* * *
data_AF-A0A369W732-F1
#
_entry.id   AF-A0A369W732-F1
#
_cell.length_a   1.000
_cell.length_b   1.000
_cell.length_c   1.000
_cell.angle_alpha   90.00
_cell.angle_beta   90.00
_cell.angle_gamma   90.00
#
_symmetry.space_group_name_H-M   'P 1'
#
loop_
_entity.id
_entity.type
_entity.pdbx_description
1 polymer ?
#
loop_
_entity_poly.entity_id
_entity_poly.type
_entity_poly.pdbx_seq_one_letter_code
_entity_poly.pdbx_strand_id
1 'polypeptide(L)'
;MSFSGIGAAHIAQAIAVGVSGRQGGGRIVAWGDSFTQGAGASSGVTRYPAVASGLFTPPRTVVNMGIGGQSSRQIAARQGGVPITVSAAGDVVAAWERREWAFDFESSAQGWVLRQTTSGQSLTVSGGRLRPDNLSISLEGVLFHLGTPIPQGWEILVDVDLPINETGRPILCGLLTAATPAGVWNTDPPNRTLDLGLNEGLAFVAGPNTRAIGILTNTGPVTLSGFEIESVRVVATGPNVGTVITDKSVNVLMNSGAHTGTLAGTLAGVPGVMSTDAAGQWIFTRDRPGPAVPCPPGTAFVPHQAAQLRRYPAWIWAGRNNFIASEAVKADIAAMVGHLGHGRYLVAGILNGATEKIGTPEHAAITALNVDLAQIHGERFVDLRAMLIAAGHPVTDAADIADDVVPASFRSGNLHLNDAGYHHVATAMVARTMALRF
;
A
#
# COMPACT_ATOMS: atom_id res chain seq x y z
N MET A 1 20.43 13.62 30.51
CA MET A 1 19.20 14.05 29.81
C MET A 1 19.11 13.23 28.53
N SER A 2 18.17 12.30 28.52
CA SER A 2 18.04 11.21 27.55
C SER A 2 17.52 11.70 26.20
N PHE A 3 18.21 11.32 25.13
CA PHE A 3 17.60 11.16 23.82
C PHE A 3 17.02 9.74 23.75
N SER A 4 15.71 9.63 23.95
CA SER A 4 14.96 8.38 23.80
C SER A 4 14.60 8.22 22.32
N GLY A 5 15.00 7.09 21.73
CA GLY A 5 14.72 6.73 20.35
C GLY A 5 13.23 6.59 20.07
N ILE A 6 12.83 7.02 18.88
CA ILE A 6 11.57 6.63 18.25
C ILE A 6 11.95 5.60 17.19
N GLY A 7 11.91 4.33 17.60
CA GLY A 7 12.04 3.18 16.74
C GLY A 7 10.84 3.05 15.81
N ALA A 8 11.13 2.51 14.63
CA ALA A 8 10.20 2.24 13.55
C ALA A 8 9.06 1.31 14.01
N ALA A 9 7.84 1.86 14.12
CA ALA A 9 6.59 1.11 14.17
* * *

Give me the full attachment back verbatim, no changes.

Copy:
data_AF-A0A369W732-F1
#
_entry.id   AF-A0A369W732-F1
#
_cell.length_a   1.000
_cell.length_b   1.000
_cell.length_c   1.000
_cell.angle_alpha   90.00
_cell.angle_beta   90.00
_cell.angle_gamma   90.00
#
_symmetry.space_group_name_H-M   'P 1'
#
loop_
_entity.id
_entity.type
_entity.pdbx_description
1 polymer ?
#
loop_
_entity_poly.entity_id
_entity_poly.type
_entity_poly.pdbx_seq_one_letter_code
_entity_poly.pdbx_strand_id
1 'polypeptide(L)'
;MSFSGIGAAHIAQAIAVGVSGRQGGGRIVAWGDSFTQGAGASSGVTRYPAVASGLFTPPRTVVNMGIGGQSSRQIAARQGGVPITVSAAGDVVAAWERREWAFDFESSAQGWVLRQTTSGQSLTVSGGRLRPDNLSISLEGVLFHLGTPIPQGWEILVDVDLPINETGRPILCGLLTAATPAGVWNTDPPNRTLDLGLNEGLAFVAGPNTRAIGILTNTGPVTLSGFEIESVRVVATGPNVGTVITDKSVNVLMNSGAHTGTLAGTLAGVPGVMSTDAAGQWIFTRDRPGPAVPCPPGTAFVPHQAAQLRRYPAWIWAGRNNFIASEAVKADIAAMVGHLGHGRYLVAGILNGATEKIGTPEHAAITALNVDLAQIHGERFVDLRAMLIAAGHPVTDAADIADDVVPASFRSGNLHLNDAGYHHVATAMVARTMALRF
;
A
#
# COMPACT_ATOMS: atom_id res chain seq x y z
N MET A 1 20.43 13.62 30.51
CA MET A 1 19.20 14.05 29.81
C MET A 1 19.11 13.23 28.53
N SER A 2 18.17 12.30 28.52
CA SER A 2 18.04 11.21 27.55
C SER A 2 17.52 11.70 26.20
N PHE A 3 18.21 11.32 25.13
CA PHE A 3 17.60 11.16 23.82
C PHE A 3 17.02 9.74 23.75
N SER A 4 15.71 9.63 23.95
CA SER A 4 14.96 8.38 23.80
C SER A 4 14.60 8.22 22.32
N GLY A 5 15.00 7.09 21.73
CA GLY A 5 14.72 6.73 20.35
C GLY A 5 13.23 6.59 20.07
N ILE A 6 12.83 7.02 18.88
CA ILE A 6 11.57 6.63 18.25
C ILE A 6 11.95 5.60 17.19
N GLY A 7 11.91 4.33 17.60
CA GLY A 7 12.04 3.18 16.74
C GLY A 7 10.84 3.05 15.81
N ALA A 8 11.13 2.51 14.63
CA ALA A 8 10.20 2.24 13.55
C ALA A 8 9.06 1.31 14.01
N ALA A 9 7.84 1.86 14.12
CA ALA A 9 6.59 1.11 14.17